Consider this: As I sip a local beer in the cozy S&M bar in the “Coolest Little Capital City” in the world — Wellington, New Zealand — owners Scotty and Mel welcome me to the closest gay bar to the South Pole, only 3,374 miles further south!
Together for 20 years as business and life partners, they are among the leaders in New Zealand advocating for full-marriage equality in a campaign called “One Love.” Why am I starting a story about traveling to New Zealand with their story? Because the people of New Zealand make a trip here worth every airline mile.
According to New Zealand tourism officials, less than 1 percent of North American travelers who are actively considering a trip to New Zealand — 900 miles southeast of Australia — will actually go. Indeed, to make a journey to this part of the world is special and truly a trip of a lifetime.
Here are a few practical tips on making your travel fabulous.
This remote island nation is so far away that you will cross the International Date Line, which will make you about 18 hours (one day) ahead of your friends and family back home. You will lose one calendar day on your trip going to New Zealand but you gain that day back when returning home. (Your world clock on your phone will come in handy.)
Prepare yourself for the 12-hour overnight flight from Los Angeles to Auckland, New Zealand. It’s a good idea to break up the trip with an overnight stop in Los Angeles, San Francisco, Hawaii or another West Coast destination. For intrepid travelers, you could go all the way without stopping. Godspeed!
Reserve your hotel room the night before you actually arrive to guarantee an early check-in at your hotel, as most flights arrive in the morning. Keep all your travel documents handy throughout the trip, especially your return flight information. You will need to show proof of your citizenship and your return travel plans all along the way.
While the U.S. dollar is approximately 20-percent stronger than the New Zealand dollar, prices there include a national tax on most purchases, which reduces your buying power. Hotel rooms, clothing and meals cost about the same, while some items cost significantly more than in the United States. Tipping is not necessary, but for exceptional service you can leave 10 percent.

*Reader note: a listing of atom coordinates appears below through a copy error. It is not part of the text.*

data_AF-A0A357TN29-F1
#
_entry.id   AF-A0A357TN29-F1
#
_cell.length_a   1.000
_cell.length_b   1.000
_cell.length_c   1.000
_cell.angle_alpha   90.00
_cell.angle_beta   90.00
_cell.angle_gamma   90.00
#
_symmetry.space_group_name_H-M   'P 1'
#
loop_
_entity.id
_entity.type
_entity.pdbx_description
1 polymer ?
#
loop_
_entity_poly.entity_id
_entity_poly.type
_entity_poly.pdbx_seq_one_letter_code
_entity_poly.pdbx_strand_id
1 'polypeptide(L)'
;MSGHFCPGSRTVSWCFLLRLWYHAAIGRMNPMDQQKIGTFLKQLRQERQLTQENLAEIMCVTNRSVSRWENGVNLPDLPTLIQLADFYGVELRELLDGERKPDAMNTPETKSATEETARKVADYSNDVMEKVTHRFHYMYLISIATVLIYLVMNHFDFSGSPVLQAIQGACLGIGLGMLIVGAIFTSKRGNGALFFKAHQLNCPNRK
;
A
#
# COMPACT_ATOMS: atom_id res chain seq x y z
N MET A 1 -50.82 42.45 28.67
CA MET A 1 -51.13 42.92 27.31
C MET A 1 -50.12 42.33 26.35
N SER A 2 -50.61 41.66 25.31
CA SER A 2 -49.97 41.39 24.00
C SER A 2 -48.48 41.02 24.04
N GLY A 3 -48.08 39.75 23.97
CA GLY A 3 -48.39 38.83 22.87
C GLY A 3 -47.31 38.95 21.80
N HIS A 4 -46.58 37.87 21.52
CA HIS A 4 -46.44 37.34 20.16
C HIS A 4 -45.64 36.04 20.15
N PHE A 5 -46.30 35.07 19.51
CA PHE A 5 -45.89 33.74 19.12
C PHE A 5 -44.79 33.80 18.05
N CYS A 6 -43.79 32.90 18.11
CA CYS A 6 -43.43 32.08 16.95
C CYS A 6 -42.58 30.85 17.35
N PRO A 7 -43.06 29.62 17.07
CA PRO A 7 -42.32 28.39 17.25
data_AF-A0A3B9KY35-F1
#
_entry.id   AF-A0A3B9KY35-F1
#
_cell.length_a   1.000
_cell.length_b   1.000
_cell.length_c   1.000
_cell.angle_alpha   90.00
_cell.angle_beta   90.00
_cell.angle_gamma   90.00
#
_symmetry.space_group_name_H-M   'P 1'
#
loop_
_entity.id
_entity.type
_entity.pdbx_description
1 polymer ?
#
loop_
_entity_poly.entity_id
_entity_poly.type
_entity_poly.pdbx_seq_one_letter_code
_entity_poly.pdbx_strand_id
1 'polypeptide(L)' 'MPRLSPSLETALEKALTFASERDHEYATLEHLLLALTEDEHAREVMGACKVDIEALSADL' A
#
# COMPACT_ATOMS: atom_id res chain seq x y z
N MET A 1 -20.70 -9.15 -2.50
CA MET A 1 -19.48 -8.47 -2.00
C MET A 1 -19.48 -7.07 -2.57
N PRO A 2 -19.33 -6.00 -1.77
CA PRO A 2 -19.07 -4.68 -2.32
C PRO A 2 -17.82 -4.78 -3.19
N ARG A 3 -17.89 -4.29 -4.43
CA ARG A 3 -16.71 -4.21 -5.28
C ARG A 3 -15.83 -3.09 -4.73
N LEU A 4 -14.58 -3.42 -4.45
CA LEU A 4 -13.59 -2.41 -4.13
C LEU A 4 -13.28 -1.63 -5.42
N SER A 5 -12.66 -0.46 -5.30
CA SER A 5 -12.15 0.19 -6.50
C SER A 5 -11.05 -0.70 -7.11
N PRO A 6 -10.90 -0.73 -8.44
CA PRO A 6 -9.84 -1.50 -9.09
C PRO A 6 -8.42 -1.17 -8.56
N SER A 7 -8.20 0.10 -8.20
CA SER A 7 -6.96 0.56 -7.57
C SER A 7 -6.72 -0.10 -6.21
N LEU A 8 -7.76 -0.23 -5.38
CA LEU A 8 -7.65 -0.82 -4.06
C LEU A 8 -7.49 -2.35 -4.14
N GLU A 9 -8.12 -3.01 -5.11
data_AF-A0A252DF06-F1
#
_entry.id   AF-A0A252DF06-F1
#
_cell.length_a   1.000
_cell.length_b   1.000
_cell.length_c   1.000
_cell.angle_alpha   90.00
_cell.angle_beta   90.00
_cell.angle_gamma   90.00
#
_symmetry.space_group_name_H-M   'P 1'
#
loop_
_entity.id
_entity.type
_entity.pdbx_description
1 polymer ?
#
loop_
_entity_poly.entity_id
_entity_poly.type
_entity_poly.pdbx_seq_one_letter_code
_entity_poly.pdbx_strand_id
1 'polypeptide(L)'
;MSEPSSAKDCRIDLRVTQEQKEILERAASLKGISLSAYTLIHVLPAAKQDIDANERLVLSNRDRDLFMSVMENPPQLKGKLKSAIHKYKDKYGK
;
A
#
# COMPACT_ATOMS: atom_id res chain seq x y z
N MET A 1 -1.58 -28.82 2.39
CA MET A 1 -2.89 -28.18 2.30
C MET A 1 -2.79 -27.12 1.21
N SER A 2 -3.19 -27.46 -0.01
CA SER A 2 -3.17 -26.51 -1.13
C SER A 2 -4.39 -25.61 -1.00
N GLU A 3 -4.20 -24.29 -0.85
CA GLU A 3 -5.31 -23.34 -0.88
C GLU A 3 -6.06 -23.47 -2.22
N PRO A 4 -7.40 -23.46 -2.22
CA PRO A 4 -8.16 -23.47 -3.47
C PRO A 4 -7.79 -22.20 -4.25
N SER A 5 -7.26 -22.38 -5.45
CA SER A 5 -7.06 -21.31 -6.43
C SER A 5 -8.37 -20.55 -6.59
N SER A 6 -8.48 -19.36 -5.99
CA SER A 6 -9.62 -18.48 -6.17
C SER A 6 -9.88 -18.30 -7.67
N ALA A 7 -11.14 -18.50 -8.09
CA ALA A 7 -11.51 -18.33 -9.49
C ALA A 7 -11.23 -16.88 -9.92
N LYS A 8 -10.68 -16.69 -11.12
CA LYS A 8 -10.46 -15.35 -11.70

You don’t need a visa to make a trip to New Zealand but there is a $25 departure fee at the airport. It is sometimes included in your airfare, sometimes not. Ask the airline representative at check-in about this fee. If your airline ticket does not include the departure fee, you will have to get a sticker for your boarding pass at the currency exchange booth to leave New Zealand.
If you are going to the other side of the world, what’s another three-and-a-half-hour flight to Sydney, Australia? For American citizens, you will need to apply for an online visa at www.eta.immi.gov.au. The online application is quick and costs $20 (AUS). A tourist visa is good for up to three months but employment is prohibited. You must apply for this visa before you leave the United States.
On a flight this long, it is important to rack up miles on one airline and you should definitely choose your carrier wisely. You will want a newer plane with a great international service. Air New Zealand now flies two new planes between Los Angeles and Auckland. Service is Kiwi friendly and the food is superior. The airline has a good sense of humor and is very gay-friendly. Fitness celebrity Richard Simmons stars in the onboard safety video “Mile-High Madness with Richard Simmons,” a hilarious take on safety. Check it out on YouTube.
At last check, roundtrip airfare from Los Angeles on Air New Zealand in November cost $2,000 for economy, slightly more for premium economy and about $8,000 for business premier. Visit www.airnewzealand.com for current prices. A roundtrip flight between New Zealand and Australia cost about $500. To search multiple airline websites at once, use www.kayak.com.
If you have achieved gold status on any Star Alliance member airline, you are entitled to an array of premium services without additional cost, including access to the Air New Zealand international lounges regardless of your class of service. Check out the Star Alliance website for more information (www.staralliance.com).
Be sure to check what you can bring back to the States by visiting the U.S. Customs and Border Protection website, www.cbp.gov. You can’t bring back too much wine! Register your trip with the U.S. Department of State, especially since earthquakes can and do happen in New Zealand. And be sure to understand your travel and health-insurance policies.
What does a gay traveler need to know?
Consider a travel agent or tour operator to book your trip. A trip to these two countries could be complicated and you will want to plan a few organized or group tours. Check out www.iglta.org for gay-friendly and LGBT-owned businesses operating in New Zealand and Australia. There are also a number of U.S.- and Canadian-based tour companies that organize group trips to these destinations. Research destination itineraries and explore New Zealand at www.newzealand.com/us.
For gay nightlife, spend the weekend in Sydney. You will find a number of gay bars (also called hotels) along Oxford Street. New Zealand’s LGBT scene is very, very small but you will find bars that cater to mostly men. Search the web for up-to-date information. Grinder is also a terrific travel app where you can ask the locals what is happening while you are there.
Jeff Guaracino is a vice president for the Greater Philadelphia Tourism Marketing Corporation, author of “Gay and Lesbian Tourism: The Essential Guide for Marketing” and vice chair for the International Gay and Lesbian Travel Association. He has learned how to find the best deals and travel resources for the LGBT community. When traveling locally, check out visitphilly.com/gay and friend visitgayphilly.com/facebook.